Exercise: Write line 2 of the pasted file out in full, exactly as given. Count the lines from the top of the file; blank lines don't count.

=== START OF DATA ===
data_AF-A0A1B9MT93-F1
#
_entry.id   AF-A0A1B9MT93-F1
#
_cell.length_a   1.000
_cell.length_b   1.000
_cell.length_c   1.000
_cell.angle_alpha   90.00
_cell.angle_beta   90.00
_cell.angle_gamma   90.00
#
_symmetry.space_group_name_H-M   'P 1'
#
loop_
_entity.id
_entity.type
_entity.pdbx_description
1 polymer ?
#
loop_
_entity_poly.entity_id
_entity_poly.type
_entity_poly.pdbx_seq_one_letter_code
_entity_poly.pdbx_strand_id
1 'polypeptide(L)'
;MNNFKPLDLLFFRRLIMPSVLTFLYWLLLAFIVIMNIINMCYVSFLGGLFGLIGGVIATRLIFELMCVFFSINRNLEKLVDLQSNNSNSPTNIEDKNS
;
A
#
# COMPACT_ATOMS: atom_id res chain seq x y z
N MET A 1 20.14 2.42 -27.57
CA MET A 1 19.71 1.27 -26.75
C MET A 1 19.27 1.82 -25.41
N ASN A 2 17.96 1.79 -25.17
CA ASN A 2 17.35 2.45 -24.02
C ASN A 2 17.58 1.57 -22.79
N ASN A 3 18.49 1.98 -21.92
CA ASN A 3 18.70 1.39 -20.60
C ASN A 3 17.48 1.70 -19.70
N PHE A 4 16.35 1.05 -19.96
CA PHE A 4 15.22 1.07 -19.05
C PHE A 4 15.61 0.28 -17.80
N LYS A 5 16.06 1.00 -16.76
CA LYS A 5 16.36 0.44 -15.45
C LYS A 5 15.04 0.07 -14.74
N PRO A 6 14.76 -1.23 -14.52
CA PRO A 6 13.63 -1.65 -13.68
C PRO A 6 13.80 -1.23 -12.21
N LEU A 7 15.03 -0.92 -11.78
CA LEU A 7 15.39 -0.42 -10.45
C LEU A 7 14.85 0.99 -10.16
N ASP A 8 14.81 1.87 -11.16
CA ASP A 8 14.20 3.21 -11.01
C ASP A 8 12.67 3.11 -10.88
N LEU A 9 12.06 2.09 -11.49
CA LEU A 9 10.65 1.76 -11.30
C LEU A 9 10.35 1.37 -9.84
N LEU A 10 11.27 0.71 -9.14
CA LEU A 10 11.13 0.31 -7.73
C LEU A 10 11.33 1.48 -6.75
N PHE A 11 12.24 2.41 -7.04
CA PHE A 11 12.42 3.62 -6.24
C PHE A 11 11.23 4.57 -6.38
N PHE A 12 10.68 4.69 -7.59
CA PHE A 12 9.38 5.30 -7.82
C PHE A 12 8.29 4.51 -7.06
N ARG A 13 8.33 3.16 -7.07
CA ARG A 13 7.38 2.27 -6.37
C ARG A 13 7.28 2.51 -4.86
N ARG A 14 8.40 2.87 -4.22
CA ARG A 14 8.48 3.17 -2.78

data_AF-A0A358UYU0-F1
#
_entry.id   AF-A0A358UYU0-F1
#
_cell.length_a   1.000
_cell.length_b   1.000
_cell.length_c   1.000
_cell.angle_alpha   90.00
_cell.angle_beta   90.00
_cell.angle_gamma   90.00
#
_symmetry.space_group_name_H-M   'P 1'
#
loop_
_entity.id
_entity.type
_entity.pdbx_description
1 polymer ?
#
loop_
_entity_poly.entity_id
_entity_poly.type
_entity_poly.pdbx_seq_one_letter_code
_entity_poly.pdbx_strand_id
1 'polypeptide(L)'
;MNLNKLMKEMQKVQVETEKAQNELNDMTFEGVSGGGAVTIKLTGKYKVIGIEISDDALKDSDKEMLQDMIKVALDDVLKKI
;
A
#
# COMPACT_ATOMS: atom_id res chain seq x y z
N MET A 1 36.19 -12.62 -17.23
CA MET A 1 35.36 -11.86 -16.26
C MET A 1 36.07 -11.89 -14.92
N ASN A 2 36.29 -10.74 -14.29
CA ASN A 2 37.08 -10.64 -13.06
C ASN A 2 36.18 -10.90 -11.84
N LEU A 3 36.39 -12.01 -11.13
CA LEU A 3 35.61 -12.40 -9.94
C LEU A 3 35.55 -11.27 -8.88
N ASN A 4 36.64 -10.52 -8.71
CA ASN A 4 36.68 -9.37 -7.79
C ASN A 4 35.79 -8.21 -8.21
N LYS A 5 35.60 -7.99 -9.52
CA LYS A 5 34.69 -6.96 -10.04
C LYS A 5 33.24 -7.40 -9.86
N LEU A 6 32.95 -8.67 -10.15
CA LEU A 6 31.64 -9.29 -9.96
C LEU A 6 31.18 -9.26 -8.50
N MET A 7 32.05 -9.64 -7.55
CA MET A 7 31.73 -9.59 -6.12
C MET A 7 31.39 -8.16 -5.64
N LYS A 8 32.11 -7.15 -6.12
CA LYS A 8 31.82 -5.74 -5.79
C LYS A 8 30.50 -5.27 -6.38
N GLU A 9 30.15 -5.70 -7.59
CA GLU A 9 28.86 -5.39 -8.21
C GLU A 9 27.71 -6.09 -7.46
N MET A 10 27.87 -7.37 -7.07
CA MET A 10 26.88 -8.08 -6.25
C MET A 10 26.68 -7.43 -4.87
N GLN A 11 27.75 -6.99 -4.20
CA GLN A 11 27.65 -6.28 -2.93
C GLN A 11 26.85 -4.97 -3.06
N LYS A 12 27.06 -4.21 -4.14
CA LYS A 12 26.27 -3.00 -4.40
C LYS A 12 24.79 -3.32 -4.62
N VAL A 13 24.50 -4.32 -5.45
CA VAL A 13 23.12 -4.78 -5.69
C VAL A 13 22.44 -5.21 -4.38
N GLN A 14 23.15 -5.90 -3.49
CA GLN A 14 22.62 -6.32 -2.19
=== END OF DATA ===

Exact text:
#